Scandal upon scandal has hit the banking sector and evidence of collusion has left customers feeling none are to be trusted. So, when a whole group of brands are considered toxic how do consumers respond – especially when the service is one everybody needs, amounting to distress purchases.
Brand damage usually results in rejection by the public and often by an exodus of customers. Competitors can benefit as disaffected consumers drift in search of alternative suppliers. But what happens when you have nowhere to go, when a whole sector has lost brand confidence? We all need our banks but now we see them as something akin to distress purchases. Brand choice is no longer an issue. Customer paralysis seems to have set in.
For a canny bank brand, however, there is an opportunity here. With nobody prepared to jump ship, retail customers will still be aware. There is space for a new clearly differentiated offer. But first, the offer must be authentic. Customers will be way too wary of bankers’ words.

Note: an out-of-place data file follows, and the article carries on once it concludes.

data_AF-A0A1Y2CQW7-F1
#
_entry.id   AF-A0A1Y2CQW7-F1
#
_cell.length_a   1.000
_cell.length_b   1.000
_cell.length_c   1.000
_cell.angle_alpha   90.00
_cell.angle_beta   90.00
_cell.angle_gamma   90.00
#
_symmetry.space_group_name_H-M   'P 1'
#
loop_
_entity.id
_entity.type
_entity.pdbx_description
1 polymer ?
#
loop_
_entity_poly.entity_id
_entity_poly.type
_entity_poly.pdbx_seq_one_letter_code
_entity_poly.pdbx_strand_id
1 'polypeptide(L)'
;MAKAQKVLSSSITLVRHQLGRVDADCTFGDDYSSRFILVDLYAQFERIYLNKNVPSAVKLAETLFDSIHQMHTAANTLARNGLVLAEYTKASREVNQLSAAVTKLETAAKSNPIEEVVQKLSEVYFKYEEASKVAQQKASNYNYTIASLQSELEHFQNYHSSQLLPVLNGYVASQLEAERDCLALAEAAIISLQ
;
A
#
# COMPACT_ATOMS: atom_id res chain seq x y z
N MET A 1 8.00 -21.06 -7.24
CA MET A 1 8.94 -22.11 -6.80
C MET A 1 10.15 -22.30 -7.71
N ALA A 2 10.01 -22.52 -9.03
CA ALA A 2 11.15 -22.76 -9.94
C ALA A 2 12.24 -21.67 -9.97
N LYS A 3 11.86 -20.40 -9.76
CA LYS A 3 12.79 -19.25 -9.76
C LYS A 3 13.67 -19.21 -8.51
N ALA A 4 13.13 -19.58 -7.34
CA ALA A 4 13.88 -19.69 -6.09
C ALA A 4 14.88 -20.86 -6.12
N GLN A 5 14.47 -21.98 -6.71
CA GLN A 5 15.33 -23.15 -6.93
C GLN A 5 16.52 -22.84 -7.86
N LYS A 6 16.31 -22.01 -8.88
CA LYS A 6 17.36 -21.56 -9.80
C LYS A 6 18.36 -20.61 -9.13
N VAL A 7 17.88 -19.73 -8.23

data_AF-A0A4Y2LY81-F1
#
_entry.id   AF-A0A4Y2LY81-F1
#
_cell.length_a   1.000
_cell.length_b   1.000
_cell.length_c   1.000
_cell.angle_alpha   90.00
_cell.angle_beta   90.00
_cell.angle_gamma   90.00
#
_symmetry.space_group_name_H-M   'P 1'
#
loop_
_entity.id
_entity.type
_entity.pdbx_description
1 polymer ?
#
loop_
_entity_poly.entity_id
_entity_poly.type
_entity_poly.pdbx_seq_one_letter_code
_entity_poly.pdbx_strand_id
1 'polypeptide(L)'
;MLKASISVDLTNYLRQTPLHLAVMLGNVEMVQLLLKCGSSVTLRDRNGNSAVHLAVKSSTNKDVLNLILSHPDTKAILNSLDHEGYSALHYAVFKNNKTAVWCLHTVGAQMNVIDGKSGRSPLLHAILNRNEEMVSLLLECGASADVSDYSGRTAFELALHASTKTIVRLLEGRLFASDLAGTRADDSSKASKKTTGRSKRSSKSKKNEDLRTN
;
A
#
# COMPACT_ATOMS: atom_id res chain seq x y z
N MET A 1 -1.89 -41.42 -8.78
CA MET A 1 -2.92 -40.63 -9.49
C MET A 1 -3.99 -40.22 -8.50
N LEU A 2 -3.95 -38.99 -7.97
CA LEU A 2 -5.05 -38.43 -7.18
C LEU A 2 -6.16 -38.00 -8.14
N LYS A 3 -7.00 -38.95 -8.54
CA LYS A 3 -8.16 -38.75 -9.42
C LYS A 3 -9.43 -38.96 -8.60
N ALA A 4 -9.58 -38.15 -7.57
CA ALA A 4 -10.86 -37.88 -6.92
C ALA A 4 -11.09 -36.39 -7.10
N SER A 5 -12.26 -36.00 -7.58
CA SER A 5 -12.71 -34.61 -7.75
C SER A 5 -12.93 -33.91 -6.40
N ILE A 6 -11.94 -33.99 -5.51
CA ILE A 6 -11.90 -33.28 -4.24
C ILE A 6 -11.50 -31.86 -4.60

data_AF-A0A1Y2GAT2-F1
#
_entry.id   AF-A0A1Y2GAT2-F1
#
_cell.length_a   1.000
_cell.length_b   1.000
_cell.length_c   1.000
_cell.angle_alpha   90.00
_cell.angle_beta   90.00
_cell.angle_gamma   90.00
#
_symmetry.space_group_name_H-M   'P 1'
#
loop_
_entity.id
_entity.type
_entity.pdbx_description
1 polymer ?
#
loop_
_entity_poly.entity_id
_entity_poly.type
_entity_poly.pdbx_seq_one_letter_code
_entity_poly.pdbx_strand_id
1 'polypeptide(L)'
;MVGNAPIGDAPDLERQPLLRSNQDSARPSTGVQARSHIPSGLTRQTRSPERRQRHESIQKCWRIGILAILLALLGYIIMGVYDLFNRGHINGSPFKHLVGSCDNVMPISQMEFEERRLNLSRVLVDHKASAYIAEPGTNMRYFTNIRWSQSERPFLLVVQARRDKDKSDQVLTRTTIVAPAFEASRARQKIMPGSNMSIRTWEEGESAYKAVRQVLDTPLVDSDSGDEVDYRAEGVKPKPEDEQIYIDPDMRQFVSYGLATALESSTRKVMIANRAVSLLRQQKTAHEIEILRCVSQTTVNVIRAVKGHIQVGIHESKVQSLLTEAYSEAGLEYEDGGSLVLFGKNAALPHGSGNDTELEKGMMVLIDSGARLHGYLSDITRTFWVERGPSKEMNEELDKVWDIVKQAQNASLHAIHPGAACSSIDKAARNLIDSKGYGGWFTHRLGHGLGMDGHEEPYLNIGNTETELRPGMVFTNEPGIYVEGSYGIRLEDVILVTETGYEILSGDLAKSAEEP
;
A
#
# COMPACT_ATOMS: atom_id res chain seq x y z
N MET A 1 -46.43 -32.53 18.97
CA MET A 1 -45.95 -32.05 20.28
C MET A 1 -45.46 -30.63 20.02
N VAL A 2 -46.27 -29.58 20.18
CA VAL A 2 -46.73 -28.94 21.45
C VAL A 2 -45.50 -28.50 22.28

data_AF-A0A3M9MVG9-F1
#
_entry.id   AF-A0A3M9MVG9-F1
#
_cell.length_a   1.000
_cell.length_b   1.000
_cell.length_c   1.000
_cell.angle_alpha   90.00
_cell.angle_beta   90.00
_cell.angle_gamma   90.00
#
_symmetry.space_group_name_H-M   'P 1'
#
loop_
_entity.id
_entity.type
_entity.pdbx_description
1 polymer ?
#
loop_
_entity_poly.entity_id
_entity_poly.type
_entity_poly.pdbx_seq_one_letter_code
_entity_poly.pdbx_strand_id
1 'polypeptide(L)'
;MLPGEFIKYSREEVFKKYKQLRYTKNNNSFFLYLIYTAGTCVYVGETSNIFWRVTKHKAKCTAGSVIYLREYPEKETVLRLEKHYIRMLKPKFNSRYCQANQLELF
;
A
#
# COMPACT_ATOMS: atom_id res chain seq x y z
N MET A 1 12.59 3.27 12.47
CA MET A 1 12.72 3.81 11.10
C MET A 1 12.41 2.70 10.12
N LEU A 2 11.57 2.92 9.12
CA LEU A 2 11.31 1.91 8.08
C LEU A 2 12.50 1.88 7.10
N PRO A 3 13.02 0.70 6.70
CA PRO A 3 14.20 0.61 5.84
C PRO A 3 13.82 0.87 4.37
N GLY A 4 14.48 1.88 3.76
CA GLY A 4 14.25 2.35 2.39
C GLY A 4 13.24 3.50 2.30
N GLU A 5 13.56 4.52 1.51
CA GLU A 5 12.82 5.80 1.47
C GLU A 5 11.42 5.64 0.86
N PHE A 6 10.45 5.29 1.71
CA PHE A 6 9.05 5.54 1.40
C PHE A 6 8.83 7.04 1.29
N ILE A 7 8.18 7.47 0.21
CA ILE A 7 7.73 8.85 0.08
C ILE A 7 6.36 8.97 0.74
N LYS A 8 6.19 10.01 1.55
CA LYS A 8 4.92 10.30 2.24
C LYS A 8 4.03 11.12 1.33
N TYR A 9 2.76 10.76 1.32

I believe the damage done to the big banking brands is so serious that the contender to win the hearts and minds of retail customers will come from a much smaller or newer bank. Sure, the big boys are necessary for the business arena with investment and custody services etc. but for retail customers, emotional attachment is key.
Whoever emerges as the people’s champion is likely to succeed through the medium of advocacy. We don’t trust the words of the banks, so we listen to the words of friends and trusted advocates. Perhaps the time is right for social networks to take centre stage as the consumer stirs into action.